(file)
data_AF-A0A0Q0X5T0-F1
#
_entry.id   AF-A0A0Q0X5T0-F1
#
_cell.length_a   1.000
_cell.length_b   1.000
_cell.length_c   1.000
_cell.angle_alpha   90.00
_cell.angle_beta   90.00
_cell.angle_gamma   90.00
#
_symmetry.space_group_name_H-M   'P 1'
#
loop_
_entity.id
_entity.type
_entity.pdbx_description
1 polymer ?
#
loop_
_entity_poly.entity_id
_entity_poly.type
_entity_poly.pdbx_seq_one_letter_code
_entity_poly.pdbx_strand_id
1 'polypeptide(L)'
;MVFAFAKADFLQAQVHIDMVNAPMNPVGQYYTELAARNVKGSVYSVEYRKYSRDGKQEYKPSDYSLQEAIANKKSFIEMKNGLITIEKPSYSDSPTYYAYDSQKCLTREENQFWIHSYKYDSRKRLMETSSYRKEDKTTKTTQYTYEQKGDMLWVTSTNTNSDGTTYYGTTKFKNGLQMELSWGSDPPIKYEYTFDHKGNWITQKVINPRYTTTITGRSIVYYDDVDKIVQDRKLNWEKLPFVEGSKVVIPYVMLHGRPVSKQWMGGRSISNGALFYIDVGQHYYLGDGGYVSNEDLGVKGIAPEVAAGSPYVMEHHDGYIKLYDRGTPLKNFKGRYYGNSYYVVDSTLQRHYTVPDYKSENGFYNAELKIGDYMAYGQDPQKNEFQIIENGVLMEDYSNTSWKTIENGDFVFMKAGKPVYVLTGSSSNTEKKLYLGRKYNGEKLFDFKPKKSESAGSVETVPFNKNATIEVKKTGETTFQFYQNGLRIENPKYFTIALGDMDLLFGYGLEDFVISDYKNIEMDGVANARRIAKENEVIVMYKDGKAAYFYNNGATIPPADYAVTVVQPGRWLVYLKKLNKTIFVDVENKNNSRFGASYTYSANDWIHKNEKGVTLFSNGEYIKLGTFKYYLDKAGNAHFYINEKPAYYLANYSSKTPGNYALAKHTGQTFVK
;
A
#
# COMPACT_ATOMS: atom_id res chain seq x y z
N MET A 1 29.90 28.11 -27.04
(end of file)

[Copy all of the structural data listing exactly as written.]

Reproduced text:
data_AF-A0A0Q0X5T0-F1
#
_entry.id   AF-A0A0Q0X5T0-F1
#
_cell.length_a   1.000
_cell.length_b   1.000
_cell.length_c   1.000
_cell.angle_alpha   90.00
_cell.angle_beta   90.00
_cell.angle_gamma   90.00
#
_symmetry.space_group_name_H-M   'P 1'
#
loop_
_entity.id
_entity.type
_entity.pdbx_description
1 polymer ?
#
loop_
_entity_poly.entity_id
_entity_poly.type
_entity_poly.pdbx_seq_one_letter_code
_entity_poly.pdbx_strand_id
1 'polypeptide(L)'
;MVFAFAKADFLQAQVHIDMVNAPMNPVGQYYTELAARNVKGSVYSVEYRKYSRDGKQEYKPSDYSLQEAIANKKSFIEMKNGLITIEKPSYSDSPTYYAYDSQKCLTREENQFWIHSYKYDSRKRLMETSSYRKEDKTTKTTQYTYEQKGDMLWVTSTNTNSDGTTYYGTTKFKNGLQMELSWGSDPPIKYEYTFDHKGNWITQKVINPRYTTTITGRSIVYYDDVDKIVQDRKLNWEKLPFVEGSKVVIPYVMLHGRPVSKQWMGGRSISNGALFYIDVGQHYYLGDGGYVSNEDLGVKGIAPEVAAGSPYVMEHHDGYIKLYDRGTPLKNFKGRYYGNSYYVVDSTLQRHYTVPDYKSENGFYNAELKIGDYMAYGQDPQKNEFQIIENGVLMEDYSNTSWKTIENGDFVFMKAGKPVYVLTGSSSNTEKKLYLGRKYNGEKLFDFKPKKSESAGSVETVPFNKNATIEVKKTGETTFQFYQNGLRIENPKYFTIALGDMDLLFGYGLEDFVISDYKNIEMDGVANARRIAKENEVIVMYKDGKAAYFYNNGATIPPADYAVTVVQPGRWLVYLKKLNKTIFVDVENKNNSRFGASYTYSANDWIHKNEKGVTLFSNGEYIKLGTFKYYLDKAGNAHFYINEKPAYYLANYSSKTPGNYALAKHTGQTFVK
;
A
#
# COMPACT_ATOMS: atom_id res chain seq x y z
N MET A 1 29.90 28.11 -27.04